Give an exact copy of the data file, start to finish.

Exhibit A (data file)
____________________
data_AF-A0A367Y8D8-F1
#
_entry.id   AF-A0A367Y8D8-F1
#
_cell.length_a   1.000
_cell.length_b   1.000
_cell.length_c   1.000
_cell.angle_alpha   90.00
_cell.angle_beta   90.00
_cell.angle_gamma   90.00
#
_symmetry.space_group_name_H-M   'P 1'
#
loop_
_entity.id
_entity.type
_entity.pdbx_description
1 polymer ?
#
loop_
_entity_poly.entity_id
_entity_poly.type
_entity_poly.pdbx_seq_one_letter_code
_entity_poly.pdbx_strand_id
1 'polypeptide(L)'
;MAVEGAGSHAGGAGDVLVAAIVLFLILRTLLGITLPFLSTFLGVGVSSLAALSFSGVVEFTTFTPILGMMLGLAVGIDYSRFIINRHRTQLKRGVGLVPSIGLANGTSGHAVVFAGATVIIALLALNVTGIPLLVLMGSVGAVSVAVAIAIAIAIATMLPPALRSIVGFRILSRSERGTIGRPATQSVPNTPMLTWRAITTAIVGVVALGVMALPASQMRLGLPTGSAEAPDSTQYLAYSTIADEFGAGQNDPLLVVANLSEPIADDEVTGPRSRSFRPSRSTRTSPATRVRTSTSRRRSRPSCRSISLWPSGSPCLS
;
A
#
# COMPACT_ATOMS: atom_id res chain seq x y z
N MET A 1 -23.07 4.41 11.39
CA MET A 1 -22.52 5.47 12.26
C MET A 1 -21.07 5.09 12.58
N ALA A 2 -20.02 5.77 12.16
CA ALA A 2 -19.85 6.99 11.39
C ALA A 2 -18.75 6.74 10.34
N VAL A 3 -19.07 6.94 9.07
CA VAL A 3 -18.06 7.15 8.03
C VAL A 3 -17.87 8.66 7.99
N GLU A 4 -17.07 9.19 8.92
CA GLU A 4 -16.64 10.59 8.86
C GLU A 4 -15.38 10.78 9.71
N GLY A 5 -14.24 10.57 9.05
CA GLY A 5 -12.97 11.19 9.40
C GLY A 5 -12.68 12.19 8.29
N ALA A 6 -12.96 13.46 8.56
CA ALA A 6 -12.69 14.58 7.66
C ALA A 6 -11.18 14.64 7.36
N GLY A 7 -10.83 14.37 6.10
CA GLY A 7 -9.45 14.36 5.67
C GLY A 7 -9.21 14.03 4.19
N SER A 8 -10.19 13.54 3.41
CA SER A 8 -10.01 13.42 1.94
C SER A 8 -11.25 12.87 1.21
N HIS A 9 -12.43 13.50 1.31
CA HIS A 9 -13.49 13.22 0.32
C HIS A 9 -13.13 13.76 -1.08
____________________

data_AF-A0A367Y8D8-F1
#
_entry.id   AF-A0A367Y8D8-F1
#
_cell.length_a   1.000
_cell.length_b   1.000
_cell.length_c   1.000
_cell.angle_alpha   90.00
_cell.angle_beta   90.00
_cell.angle_gamma   90.00
#
_symmetry.space_group_name_H-M   'P 1'
#
loop_
_entity.id
_entity.type
_entity.pdbx_description
1 polymer ?
#
loop_
_entity_poly.entity_id
_entity_poly.type
_entity_poly.pdbx_seq_one_letter_code
_entity_poly.pdbx_strand_id
1 'polypeptide(L)'
;MAVEGAGSHAGGAGDVLVAAIVLFLILRTLLGITLPFLSTFLGVGVSSLAALSFSGVVEFTTFTPILGMMLGLAVGIDYSRFIINRHRTQLKRGVGLVPSIGLANGTSGHAVVFAGATVIIALLALNVTGIPLLVLMGSVGAVSVAVAIAIAIAIATMLPPALRSIVGFRILSRSERGTIGRPATQSVPNTPMLTWRAITTAIVGVVALGVMALPASQMRLGLPTGSAEAPDSTQYLAYSTIADEFGAGQNDPLLVVANLSEPIADDEVTGPRSRSFRPSRSTRTSPATRVRTSTSRRRSRPSCRSISLWPSGSPCLS
;
A
#
# COMPACT_ATOMS: atom_id res chain seq x y z
N MET A 1 -23.07 4.41 11.39
CA MET A 1 -22.52 5.47 12.26
C MET A 1 -21.07 5.09 12.58
N ALA A 2 -20.02 5.77 12.16
CA ALA A 2 -19.85 6.99 11.39
C ALA A 2 -18.75 6.74 10.34
N VAL A 3 -19.07 6.94 9.07
CA VAL A 3 -18.06 7.15 8.03
C VAL A 3 -17.87 8.66 7.99
N GLU A 4 -17.07 9.19 8.92
CA GLU A 4 -16.64 10.59 8.86
C GLU A 4 -15.38 10.78 9.71
N GLY A 5 -14.24 10.57 9.05
CA GLY A 5 -12.97 11.19 9.40
C GLY A 5 -12.68 12.19 8.29
N ALA A 6 -12.96 13.46 8.56
CA ALA A 6 -12.69 14.58 7.66
C ALA A 6 -11.18 14.64 7.36
N GLY A 7 -10.83 14.37 6.10
CA GLY A 7 -9.45 14.36 5.67
C GLY A 7 -9.21 14.03 4.19
N SER A 8 -10.19 13.54 3.41
CA SER A 8 -10.01 13.42 1.94
C SER A 8 -11.25 12.87 1.21
N HIS A 9 -12.43 13.50 1.31
CA HIS A 9 -13.49 13.22 0.32
C HIS A 9 -13.13 13.76 -1.08